Alisha Snyder

Date of Award


Degree Name

Master of Music



First Advisor

Dr. Brian L. Wilson

Second Advisor

Edward A. Roth

Third Advisor

Dr. John A. Lychner


Music therapy, quality of life, self-report, caregiver-report, dementia

Access Setting

Masters Thesis-Open Access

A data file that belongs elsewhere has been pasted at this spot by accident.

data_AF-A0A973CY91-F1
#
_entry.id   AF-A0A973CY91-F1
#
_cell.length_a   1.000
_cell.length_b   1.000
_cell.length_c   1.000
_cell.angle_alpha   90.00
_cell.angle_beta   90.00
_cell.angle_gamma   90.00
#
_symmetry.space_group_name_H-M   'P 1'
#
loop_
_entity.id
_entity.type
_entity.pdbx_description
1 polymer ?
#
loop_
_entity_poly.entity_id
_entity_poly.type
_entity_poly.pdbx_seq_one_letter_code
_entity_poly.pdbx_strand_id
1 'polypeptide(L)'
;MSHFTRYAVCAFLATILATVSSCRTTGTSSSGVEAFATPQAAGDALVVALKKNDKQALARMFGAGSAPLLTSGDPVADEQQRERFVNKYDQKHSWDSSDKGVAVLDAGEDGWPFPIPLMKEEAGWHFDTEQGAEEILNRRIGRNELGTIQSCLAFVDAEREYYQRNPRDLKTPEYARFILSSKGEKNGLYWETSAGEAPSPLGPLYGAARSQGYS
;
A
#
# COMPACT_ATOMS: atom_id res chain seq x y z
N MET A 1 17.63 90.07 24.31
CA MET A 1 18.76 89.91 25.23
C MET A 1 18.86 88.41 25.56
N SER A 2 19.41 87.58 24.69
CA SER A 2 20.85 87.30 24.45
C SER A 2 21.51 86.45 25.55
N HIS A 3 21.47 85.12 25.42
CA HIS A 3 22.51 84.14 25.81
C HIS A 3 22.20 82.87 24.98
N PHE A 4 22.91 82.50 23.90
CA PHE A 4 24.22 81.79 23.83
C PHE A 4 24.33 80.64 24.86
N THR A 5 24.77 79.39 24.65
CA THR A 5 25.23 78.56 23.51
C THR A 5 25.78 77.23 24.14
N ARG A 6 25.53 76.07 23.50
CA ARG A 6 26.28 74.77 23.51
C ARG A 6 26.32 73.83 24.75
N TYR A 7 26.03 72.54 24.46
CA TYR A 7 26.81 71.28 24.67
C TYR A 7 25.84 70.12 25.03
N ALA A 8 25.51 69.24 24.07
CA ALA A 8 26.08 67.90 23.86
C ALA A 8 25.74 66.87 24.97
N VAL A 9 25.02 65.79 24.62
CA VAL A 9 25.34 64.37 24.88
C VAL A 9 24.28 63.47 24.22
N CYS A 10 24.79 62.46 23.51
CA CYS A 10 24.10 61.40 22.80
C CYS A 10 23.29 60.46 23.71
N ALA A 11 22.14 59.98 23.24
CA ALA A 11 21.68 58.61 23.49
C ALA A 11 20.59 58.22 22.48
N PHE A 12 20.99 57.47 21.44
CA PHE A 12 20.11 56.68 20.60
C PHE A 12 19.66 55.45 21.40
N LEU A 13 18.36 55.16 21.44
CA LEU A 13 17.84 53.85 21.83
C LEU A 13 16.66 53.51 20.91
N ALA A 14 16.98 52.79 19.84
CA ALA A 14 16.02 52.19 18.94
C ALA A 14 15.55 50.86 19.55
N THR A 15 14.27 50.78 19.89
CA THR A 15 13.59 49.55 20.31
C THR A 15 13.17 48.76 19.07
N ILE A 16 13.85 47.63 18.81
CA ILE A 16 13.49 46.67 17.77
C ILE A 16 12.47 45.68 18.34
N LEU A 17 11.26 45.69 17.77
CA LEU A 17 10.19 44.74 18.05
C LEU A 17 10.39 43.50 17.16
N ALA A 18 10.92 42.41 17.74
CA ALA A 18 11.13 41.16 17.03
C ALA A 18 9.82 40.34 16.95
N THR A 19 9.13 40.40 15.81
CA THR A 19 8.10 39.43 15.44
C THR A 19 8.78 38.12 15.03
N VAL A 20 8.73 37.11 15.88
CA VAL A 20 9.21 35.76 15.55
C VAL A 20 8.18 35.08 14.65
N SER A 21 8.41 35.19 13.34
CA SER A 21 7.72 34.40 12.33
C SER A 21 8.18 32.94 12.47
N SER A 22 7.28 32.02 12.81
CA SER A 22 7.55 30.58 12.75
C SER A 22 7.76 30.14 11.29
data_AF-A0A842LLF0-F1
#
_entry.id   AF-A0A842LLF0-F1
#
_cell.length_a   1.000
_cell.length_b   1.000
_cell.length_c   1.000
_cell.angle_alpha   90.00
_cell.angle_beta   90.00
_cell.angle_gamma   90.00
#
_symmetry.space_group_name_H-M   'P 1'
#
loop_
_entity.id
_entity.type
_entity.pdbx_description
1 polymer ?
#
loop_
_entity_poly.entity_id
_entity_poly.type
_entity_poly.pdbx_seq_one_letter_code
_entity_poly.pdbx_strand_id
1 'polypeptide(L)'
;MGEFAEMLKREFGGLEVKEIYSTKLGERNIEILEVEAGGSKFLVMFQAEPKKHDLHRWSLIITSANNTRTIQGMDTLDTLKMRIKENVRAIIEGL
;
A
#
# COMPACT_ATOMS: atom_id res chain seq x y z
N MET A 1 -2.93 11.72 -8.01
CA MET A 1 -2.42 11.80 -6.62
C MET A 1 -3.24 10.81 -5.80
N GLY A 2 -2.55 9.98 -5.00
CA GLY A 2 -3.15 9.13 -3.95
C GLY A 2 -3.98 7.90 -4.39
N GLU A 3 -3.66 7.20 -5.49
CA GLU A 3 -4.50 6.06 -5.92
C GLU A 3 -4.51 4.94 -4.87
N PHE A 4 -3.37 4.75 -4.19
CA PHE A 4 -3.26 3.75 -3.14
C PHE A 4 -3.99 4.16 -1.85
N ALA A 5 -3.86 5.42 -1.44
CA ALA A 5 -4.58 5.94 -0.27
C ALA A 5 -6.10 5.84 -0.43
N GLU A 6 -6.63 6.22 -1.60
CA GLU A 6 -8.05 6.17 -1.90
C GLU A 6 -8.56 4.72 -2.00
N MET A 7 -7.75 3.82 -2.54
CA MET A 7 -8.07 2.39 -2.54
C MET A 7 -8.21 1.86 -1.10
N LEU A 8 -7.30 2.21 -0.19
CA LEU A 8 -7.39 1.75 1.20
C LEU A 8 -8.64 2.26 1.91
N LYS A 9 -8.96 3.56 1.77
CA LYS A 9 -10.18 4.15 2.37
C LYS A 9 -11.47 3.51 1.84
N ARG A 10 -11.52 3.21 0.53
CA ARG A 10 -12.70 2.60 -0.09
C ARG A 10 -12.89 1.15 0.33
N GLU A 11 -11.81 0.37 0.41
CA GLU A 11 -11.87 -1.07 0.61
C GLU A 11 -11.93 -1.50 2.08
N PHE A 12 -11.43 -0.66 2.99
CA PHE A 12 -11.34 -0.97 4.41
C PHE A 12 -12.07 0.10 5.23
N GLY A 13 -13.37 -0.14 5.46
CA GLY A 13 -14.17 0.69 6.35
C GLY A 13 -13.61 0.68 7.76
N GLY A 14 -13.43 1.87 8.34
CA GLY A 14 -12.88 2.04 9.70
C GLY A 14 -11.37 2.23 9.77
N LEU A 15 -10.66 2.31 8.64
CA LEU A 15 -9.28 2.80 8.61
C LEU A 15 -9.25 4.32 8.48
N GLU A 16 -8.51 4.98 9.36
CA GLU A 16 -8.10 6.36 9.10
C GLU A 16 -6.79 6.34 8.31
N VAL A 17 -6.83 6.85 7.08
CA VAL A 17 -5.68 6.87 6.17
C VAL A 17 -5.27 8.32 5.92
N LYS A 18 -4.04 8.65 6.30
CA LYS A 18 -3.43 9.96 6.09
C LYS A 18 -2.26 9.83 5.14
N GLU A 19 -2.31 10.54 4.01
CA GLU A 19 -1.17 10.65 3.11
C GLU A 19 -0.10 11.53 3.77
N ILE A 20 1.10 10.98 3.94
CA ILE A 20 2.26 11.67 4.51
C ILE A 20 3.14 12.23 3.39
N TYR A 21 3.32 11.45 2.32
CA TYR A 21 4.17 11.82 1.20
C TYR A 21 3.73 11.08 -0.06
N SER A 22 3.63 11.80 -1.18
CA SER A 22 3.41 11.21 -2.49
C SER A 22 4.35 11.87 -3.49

The purpose of this study was to determine the effects of music therapy on the quality of life of people with symptoms of dementia. Both self-reported and caregiver-reported quality of life scores were recorded before and after an eight-week treatment period. A control group of discussion and an experimental group of music therapy were included in the study, with a sample size of N = 13. Analysis of the data was done with t tests. No statistical significance was found when comparing the average quality of life scores in the discussion group or the music therapy group from pretest to posttest, in either the self-reported or caregiver-reported scores. Also, there was no statistically significant difference in the changes of scores between the experimental or control group from pretest to posttest in either self-reported or caregiver-reported quality of life scores. Finally, there was no difference in the posttest scores between the self-reported and caregiver-reported quality of life scores. Recommendations for further research include using a larger sample size, comparing the results of participants with different levels of symptoms of dementia, and comparing different types of music therapy, including vocal versus instrumental, live versus recorded music, or active versus passive participation.